Steinberg vs. Glendening: Charges fly in TV ads CAMPAIGN 1994

August 11, 1994|By William F. Zorzi Jr. | William F. Zorzi Jr.,Sun Staff Writer

With less than five weeks to go before Maryland's primary election, the two most heavily bankrolled Democratic candidates for governor are squaring off with dueling television ads.

Lt. Gov. Melvin A. Steinberg unleased two spots Tuesday on Baltimore stations laying into Prince George's County Executive Parris N. Glendening's fiscal management capabilities.

Just two days later, Mr. Glendening, the Democratic front-runner, is countering with a response warning voters not to be "misled by false, negative ads."

The Glendening spot, which is scheduled to begin airing today, also takes a shot at Mr. Steinberg, linking him to his boss, Gov. William Donald Schaefer, and the cuts in state aid to local jurisdictions that the Schaefer administration carried out during Maryland's budget crisis.

The advertising war marks a point in the primary race in which Mr. Steinberg -- who has fallen from first to fourth place in the polls -- has begun to make his long-expected move on Mr. Glendening by taking his message directly to the voters through a TV blitz.

The Steinberg ads cite the nearly $1 billion budget shortfall that awaits the next governor and then questions Mr. Glendening's fiscal record in Prince George's County, as well as his proposed $300 million in new state spending, in light of the state's looming crisis.

"You can't cut a $900 million deficit by adding $300 million to it," one ad states.

The other cites an independent report that ranked Prince George's County 49th out of 50 of the nation's top counties, defined as those with the most revenue. That spot states that Mr. Glendening as county executive "racked up a $71 million deficit -- the worst in the region," leaving viewers with the impression that is the case now.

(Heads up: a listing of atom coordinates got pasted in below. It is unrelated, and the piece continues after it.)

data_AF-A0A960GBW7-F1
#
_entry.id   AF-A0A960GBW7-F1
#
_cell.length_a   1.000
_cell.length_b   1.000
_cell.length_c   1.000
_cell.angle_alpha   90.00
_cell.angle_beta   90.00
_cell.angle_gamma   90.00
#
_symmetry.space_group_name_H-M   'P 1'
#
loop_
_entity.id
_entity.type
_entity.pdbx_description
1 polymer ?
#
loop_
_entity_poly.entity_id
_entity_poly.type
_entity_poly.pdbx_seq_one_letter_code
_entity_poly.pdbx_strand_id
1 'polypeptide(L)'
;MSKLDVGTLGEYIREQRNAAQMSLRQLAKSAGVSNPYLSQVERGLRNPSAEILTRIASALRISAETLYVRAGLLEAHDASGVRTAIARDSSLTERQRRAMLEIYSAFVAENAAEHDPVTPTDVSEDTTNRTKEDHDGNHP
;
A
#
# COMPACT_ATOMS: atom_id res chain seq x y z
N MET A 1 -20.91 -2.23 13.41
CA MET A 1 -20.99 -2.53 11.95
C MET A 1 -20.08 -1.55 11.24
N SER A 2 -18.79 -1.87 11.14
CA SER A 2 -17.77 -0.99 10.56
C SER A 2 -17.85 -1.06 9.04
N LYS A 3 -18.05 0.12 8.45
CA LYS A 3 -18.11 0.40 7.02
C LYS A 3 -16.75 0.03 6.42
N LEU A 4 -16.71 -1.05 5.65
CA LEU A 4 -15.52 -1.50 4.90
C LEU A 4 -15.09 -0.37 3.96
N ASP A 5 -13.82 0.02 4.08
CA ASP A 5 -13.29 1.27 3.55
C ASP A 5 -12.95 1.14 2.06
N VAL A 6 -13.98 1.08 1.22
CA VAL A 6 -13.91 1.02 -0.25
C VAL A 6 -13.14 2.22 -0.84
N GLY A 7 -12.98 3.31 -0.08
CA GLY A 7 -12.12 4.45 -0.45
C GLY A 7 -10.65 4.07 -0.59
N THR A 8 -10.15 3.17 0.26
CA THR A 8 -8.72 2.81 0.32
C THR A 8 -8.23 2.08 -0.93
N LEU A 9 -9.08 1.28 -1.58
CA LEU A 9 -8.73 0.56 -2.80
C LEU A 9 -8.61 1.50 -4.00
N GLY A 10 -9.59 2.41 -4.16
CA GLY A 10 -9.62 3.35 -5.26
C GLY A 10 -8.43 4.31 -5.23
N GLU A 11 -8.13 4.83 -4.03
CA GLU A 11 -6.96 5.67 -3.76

In fact, Prince George's County enjoys a $38 million budget surplus this year. The deficit referred to in the Steinberg ad -- actually $78.3 million -- was for the fiscal year that ended June 30, 1992.

The Glendening campaign cried foul. "During the recession . . . the county did incur a short-term deficit, but they put together a plan to address it, which was favorably received in the financial community, and they paid the deficit off a year ahead of schedule," said David Seldin, Mr. Glendening's campaign press secretary.

As for the independent report, that ranking was released in the summer of 1993 as part of an annual special edition of City & State, a now defunct magazine that reported on the business of government.

Rodd Zolkos, a former staffer at the publication who dealt with the special report, said, "These rankings really were a snapshot of a jurisdiction's financial condition at a given point in time."

Joe Trippi, of Trippi, McMahon & Squier, the media consultants who produced the Steinberg spots, denied that the new ads were "negative," and said they were designed to present the facts about Mr. Glendening. "We threw a high, fast one inside," said Mr. Trippi, who has a reputation of running aggressive political advertising campaigns. "It was a brush-back pitch, and that's all. They shouldn't be claiming that 'negative' stuff. We weren't trying to bean them. If we were trying to bean them, they'd know it."

The new Glendening ad attacks "irresponsible" state budget cuts "by the Schaefer-Steinberg administration" that caused "a financial crisis for the counties."

Actually, by the time the state's cuts in local aid programs were implemented in the fall of 1992, Mr. Schaefer had stopped speaking at all to Mr. Steinberg -- the result of the lieutenant governor refusing to support his boss' proposal for $800 million in new taxes the year before.

Mr. Seldin responded by saying, "He cashed the paychecks, didn't he? The guy . . . ought to be held accountable for what the administration did over the last four years."

Baltimore Sun Articles
|
|
|
Please note the green-lined linked article text has been applied commercially without any involvement from our newsroom editors, reporters or any other editorial staff.